And Tim brings us home with a write up for Different: Gender Through the Eyes of a Primatologist by Frans de Waal. Tim says: "It's a pleasure (and a relief!) to find a non-fiction writer who’s concise and plain-spoken, one who gets straight to the point. Frans de Waal is that writer, and his points are extraordinary. He has hard-earned insights into gender and sex among hominid apes (yes, that's us and our close genetic family). He’s a self-proclaimed feminist who’s not interested in condemning chimpanzee societies for being male dominated, admiring bonobos for female domination, or dismissing the individual variations found in members of every species. A naturalist just wonders why life works the way it does, and his wondering comes with tested science about nature and nurture related topics like sexual pleasure and reproduction, social organizations and group hierarchies, the toys genders choose, our emotional tendencies, nurturing young, competition and cooperation, altruism, friendship, and all types of violence. There is a wide variety of research discussed, including studies done in captivity (zoos and primate centers), which always makes me uncomfortable, but by looking at human sex, gender and society related to other primates and animals in general, de Waal blasts needed light through the murky debate over what people see as right and wrong. I’m personally very grateful."

Paperback picks, too? You betcha. We've got four.

From Daniel, Great Circle by Maggie Shipstead. Daniel says: "Marian Graves is a pilot who disappeared on a groundbreaking flight. Hadley Baxter is the actress, tarnished by scandal, who hopes an important role playing Marian in a biopic will burnish her reputation. With alternating voices, Great Circle ponders, can you really know someone’s story? Historical fiction of the highest order!"

Daniel also recommends The Guncle by Steven Rowley. Daniel's rec: "Patrick O’Hara, Golden Globe winner of the iconic television comedy The People Upstairs, has been holed up in Palm Springs after the cancellation of his show and the death of his partner. When his college buddy turned sister-in-law also dies, and his brother confronts his addictions by heading to rehab, Patrick agrees to take in his niblings Grant and Maisie for the summer. As Patrick’s disagreeable sister Clara notes, Patrick is no Rosalind Russell, but that doesn’t stop The Guncle from calling to mind Auntie Mame, notably when the ready-made family has a Christmas-in-July party. I’m well aware that quirky children are a shortcut to sympathy - ask any screenwriter - but Maisie and Grant (or Grantelope; nicknames don’t become Maisie) do a particularly good job of forcing Patrick to overcome his grief-fueled-malaise. And like Rowley’s novel, they are also charming and funny."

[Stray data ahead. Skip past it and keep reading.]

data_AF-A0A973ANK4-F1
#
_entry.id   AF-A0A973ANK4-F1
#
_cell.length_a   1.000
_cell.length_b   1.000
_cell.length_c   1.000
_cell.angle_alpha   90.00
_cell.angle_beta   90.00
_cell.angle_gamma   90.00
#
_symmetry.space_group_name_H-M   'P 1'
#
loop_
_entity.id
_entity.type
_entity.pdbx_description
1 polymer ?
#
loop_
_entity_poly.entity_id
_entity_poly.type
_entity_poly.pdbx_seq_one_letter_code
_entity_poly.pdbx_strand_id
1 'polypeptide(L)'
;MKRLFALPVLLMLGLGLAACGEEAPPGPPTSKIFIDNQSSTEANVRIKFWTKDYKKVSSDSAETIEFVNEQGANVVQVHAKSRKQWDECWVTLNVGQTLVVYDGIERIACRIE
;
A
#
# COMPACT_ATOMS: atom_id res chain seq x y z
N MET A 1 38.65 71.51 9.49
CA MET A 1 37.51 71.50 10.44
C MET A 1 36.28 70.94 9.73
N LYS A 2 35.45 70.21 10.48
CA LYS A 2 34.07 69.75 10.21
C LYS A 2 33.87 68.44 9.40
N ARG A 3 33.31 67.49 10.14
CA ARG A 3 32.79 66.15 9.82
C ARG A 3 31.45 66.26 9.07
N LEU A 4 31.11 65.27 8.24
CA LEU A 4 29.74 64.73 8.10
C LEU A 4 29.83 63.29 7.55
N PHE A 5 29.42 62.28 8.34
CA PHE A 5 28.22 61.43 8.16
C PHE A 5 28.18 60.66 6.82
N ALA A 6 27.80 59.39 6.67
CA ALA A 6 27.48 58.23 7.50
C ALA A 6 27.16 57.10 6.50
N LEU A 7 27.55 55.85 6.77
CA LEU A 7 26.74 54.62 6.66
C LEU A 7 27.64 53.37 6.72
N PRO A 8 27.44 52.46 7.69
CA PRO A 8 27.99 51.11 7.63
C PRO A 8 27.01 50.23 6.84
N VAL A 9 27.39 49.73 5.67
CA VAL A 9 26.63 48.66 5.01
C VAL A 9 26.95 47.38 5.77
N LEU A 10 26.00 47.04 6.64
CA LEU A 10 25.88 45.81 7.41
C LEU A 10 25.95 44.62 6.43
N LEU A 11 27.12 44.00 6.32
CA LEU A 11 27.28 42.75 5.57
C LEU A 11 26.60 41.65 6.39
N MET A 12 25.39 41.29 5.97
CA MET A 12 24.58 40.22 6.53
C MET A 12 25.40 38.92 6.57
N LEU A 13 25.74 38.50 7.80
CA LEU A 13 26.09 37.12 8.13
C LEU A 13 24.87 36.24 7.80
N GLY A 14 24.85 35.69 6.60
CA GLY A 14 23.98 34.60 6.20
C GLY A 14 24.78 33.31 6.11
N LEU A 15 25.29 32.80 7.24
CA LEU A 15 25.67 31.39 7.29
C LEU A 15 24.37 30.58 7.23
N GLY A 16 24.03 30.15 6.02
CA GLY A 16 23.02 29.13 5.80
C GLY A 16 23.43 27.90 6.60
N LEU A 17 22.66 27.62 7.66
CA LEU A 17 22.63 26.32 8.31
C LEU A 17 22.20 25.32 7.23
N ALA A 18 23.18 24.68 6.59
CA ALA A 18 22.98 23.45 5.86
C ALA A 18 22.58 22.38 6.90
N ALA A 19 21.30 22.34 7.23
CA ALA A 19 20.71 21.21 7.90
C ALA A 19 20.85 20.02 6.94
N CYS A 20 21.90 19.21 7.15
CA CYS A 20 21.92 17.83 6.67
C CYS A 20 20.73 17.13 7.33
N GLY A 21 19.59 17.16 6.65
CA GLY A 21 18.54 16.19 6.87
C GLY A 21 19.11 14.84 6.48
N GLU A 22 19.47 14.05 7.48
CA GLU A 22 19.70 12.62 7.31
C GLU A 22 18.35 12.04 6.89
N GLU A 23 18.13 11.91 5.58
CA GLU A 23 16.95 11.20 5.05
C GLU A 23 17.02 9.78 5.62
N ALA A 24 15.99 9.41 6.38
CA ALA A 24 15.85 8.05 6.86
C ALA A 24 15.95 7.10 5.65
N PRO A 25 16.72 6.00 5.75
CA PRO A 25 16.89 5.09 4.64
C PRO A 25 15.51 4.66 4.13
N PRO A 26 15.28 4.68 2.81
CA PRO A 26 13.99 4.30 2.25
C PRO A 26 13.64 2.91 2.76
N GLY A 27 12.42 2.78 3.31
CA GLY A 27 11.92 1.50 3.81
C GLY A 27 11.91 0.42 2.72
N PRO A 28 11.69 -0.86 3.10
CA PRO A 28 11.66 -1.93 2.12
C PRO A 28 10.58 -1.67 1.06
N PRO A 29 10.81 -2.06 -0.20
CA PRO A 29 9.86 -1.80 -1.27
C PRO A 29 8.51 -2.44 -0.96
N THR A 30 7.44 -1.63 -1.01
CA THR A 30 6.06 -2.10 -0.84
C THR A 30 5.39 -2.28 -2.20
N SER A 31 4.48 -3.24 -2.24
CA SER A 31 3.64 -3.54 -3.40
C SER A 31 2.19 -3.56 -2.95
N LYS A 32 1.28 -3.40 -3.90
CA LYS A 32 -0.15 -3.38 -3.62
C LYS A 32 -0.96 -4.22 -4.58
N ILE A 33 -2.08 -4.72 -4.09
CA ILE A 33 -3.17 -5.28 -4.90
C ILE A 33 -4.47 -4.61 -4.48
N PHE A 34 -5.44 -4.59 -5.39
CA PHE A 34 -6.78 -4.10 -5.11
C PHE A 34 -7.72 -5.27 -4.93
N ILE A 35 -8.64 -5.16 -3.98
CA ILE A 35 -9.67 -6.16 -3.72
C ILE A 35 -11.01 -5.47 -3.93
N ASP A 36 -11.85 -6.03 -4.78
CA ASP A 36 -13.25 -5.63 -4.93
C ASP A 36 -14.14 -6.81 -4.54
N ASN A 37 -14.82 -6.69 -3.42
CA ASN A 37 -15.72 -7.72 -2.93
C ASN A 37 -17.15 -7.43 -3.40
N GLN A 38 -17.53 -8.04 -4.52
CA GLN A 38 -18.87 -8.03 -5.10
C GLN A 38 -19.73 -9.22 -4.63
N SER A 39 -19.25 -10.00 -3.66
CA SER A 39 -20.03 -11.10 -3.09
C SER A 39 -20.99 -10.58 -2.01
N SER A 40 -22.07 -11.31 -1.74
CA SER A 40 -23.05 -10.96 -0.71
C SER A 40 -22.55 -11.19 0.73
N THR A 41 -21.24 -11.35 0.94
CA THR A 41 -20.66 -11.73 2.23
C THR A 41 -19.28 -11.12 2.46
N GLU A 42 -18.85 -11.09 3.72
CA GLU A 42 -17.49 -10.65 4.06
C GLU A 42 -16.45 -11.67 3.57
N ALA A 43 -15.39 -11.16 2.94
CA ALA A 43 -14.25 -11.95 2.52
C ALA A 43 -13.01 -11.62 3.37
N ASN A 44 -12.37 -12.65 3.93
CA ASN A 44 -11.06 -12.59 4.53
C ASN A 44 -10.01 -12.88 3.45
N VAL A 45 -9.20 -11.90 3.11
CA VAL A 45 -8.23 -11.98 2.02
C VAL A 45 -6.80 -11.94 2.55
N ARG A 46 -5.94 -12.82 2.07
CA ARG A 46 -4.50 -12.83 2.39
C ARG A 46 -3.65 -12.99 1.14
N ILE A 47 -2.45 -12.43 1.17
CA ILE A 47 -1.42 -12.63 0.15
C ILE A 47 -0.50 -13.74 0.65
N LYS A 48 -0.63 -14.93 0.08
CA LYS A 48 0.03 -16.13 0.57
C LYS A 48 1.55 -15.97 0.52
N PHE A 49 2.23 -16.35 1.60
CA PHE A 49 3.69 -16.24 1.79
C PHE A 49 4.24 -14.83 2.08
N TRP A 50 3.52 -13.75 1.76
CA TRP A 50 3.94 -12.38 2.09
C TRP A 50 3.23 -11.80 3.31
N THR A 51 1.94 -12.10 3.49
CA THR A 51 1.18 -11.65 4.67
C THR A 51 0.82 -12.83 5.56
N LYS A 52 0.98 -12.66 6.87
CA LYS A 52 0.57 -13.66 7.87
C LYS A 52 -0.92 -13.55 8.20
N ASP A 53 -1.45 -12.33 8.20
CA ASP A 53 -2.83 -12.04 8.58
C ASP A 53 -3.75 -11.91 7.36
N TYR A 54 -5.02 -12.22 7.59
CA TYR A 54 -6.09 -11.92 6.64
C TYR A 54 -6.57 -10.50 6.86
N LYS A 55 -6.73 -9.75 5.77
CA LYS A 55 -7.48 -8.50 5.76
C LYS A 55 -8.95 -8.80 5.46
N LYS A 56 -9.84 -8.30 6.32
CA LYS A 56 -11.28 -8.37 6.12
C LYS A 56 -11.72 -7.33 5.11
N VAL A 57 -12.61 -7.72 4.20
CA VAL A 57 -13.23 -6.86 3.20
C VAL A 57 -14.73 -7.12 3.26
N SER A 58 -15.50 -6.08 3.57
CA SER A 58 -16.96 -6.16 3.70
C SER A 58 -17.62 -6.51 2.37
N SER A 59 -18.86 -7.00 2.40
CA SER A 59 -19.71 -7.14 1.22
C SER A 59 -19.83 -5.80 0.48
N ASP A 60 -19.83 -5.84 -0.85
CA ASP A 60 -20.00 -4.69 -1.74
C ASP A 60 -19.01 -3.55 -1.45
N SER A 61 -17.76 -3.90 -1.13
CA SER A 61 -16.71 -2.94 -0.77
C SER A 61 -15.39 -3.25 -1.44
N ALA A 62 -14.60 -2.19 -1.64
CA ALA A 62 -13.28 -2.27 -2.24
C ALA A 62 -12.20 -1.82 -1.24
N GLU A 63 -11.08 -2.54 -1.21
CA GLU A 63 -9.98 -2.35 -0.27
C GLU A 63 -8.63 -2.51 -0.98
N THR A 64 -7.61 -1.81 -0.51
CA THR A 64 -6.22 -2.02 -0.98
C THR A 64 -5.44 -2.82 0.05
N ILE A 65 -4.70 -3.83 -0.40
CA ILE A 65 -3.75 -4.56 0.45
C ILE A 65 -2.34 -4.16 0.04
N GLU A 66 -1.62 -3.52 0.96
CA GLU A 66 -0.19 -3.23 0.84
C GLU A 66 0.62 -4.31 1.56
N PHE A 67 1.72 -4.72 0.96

Margaret is next with her recommendation of Mary Jane by Jessica Anya Blau. She says: "Amidst the clashing viewpoints and lifestyles of 1970s America one teen girl tries to make sense of it all and find out who she wants to be in Mary Jane. The story opens on a 14-year-old girl from a straight-laced, conservative family whose worldview is shaken when she takes a summer nanny job for a doctor. Expecting a family much like her own, Mary Jane is surprised and strangely delighted when the Cones turn out to be a bohemian, openly amorous, rock n' roll couple with a free-spirited 5-year-old. On top of it all, a rock star and his famous wife are living in the attic as the doctor helps the rocker recover from his drug addiction. Throughout the summer, Mary Jane encounters and embraces new music, new clothes, and a new way of looking at herself and what she wants to be, all while inadvertently helping the Cone family and their guests grow as well. A wonderful read about found families and finding yourself - this is already one of my favorites of the year!"

Does Daniel chime in here too? You know he does! "Baltimore, 1975. For 14-year-old Mary Jane, life is Roland Park Country Day School, lemonades at the Elkridge Country Club, and cooking and cleaning with her mom. A summer nanny job offers a surprising twist - a rock star and his actress wife are in hiding at the house, being treated for addiction. That’s one crazy summer. Jessica Anya Blau does a great job of capturing that moment when you realize that life could be more than what you’ve been offered. For all the sex, drugs, and rock and roll, Mary Jane only occasionally veers into raciness. Mostly it’s smart and funny and charming."

And finally, Madi Hill recommends Whisper Down the Lane by Clay Chapman: "Whisper Down the Lane is a love letter to the horror classics of the 70s and 80s. An alternating story of six-year-old Sean and his single mother together against the world as they try to establish themselves in a new town and a new school in 1983, and Richard, an elementary school art teacher newly married with a stepson with which he is trying to establish a father-son relationship in 2013. Sean tries to keep his mother happy and ends up embroiled in a school wide scandal about a satanic cult, while thirty years in the future Richard is starting the school year trying to make sense of what seems to be a series of escalating grotesque pranks.  A psychological horror with just enough gore, Chapman crafts the story with twists and turns that keep you gripped. This book perfectly shows how dangerous groupthink can be and shows the similarities between the mindset that allowed the Satanic Panic to flourish, and the dangerous conspiracy theories that lead to real harm today."